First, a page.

“We proclaim him, admonishing and teaching everyone with all wisdom, so that we may present everyone fully mature in Christ. To this end I strenuously contend with all the energy Christ so powerfully works in me.”
The church, in the context of its missional calling, must work with all its energy to present people fully mature in Jesus Christ. I think we can say that mission without discipleship is ineffective and discipleship without mission is pointless and honestly can’t really even be called discipleship.
It was Alan Hirsch who said, “I have come to believe we are never going to be the movement Jesus wants unless we first et the issues of discipleship right. This is because the health and growth of transformative Jesus movements are directly related to their capacity to make disciples. No disciples, no movement – it’s that simple.” (Untamed, 17)
In Ephesians 4 we see that God calls pastors, teachers, prophets, evangelists and apostles to “equip his people for works of service so that the body may be built up until we reach unity in the faith and in the knowledge of the Son of God and become mature, attaining to the whole measure of the fullness of Christ.”
Here, Paul again is talking about the role of the church (especially those in leadership positions) in bringing God’s people to maturity in Christ. It is when we are mature in Christ that we can “no longer be as infants, tossed back and forth by the waves and blown here and there.”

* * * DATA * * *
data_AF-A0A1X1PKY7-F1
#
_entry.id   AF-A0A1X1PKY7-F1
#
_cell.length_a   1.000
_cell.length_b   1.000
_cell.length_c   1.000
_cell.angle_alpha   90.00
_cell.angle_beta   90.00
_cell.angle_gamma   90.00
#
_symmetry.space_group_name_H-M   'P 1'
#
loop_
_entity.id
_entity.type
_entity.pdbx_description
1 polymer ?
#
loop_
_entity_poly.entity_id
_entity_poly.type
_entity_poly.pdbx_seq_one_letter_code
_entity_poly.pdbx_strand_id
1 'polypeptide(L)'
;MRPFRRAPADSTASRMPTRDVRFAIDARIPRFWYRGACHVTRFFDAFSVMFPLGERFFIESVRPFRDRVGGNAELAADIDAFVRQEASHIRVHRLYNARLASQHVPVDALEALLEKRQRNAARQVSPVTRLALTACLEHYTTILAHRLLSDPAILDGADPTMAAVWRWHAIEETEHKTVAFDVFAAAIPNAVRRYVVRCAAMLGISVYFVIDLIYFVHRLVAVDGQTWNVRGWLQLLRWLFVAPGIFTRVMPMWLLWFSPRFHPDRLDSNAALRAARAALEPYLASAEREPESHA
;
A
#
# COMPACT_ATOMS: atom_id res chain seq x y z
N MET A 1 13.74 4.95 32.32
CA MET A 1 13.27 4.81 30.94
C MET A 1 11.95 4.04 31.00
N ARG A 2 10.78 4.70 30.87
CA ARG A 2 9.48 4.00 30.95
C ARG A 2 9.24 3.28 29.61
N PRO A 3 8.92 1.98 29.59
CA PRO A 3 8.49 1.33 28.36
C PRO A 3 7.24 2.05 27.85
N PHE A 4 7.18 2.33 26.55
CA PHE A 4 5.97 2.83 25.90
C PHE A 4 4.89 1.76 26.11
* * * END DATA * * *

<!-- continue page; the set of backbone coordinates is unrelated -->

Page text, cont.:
These passages, among many others in the NT, point out our main calling as the sent community is to make disciples – or in the words of Dallas Willard, apprentices – of Jesus Christ.
This of course begs a few questions:
Are we as passionate about this as Paul?
How do we do this?
What does it entail?
What does it mean to be mature in Christ?
In all of this, this whole entire conversation about discipleship must presuppose an understanding of the local church as a community of people sent into the world to be witnesses to Jesus Christ and His Kingdom. It must presuppose a missional vocation of “witness.”
Without this understanding, our maturity simply loses its point. Sure you might argue that maturity for the sake of maturity is good for the sake of itself. But I would argue that you can’t really be mature in Christ if you do not see and understand your calling in the world.
For me, the most important question is, how do we do this? How do we shape community rhythms where people are actually becoming and continually becoming followers of Jesus?